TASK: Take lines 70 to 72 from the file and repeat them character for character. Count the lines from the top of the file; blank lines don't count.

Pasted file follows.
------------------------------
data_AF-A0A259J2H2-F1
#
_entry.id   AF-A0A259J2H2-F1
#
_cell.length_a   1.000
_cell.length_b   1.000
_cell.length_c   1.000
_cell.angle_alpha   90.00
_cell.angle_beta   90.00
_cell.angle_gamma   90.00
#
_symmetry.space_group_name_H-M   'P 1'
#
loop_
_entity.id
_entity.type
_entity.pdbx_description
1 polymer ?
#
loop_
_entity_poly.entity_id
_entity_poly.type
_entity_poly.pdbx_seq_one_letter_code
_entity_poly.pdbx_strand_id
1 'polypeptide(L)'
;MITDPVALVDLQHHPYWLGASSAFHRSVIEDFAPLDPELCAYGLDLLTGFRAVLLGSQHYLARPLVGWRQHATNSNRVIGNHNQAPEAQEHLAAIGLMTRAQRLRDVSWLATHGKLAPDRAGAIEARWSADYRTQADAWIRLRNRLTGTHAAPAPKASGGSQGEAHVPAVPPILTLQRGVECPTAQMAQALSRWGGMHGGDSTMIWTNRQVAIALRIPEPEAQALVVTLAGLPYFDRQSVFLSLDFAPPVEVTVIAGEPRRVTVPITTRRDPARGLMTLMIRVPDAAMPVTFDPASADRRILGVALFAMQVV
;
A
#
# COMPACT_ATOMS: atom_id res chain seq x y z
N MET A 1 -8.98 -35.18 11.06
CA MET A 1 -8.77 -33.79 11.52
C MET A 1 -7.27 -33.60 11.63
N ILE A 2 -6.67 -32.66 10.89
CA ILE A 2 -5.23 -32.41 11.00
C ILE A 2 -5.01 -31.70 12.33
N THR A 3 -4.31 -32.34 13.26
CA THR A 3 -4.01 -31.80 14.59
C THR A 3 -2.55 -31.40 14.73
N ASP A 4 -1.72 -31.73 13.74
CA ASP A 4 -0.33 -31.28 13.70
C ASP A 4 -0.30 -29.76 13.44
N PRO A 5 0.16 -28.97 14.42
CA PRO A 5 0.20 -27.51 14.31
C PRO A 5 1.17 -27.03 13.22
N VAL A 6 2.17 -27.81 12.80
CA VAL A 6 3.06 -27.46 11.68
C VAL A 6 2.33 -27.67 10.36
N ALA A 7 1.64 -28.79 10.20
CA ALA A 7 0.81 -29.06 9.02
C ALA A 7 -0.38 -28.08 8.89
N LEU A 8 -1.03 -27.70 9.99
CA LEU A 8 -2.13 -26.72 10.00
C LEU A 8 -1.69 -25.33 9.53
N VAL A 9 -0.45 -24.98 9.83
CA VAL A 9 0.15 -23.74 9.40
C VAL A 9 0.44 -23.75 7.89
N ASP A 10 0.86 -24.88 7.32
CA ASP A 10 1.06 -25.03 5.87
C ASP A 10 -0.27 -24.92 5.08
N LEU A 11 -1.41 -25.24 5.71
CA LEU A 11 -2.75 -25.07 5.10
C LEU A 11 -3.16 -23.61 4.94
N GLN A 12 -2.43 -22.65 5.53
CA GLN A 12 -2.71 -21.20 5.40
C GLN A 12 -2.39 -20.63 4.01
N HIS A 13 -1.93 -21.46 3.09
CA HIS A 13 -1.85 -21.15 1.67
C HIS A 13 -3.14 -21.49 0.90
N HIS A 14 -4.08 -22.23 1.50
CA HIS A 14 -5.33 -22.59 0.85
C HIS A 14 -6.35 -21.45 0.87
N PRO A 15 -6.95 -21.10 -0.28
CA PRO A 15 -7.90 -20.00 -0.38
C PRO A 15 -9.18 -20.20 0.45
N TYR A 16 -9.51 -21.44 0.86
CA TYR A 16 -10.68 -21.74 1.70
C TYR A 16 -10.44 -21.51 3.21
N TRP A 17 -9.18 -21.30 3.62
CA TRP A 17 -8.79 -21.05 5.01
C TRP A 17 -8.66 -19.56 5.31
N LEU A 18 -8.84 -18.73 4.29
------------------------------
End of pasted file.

N HIS A 14 -4.08 -22.23 1.50
CA HIS A 14 -5.33 -22.59 0.85
C HIS A 14 -6.35 -21.45 0.87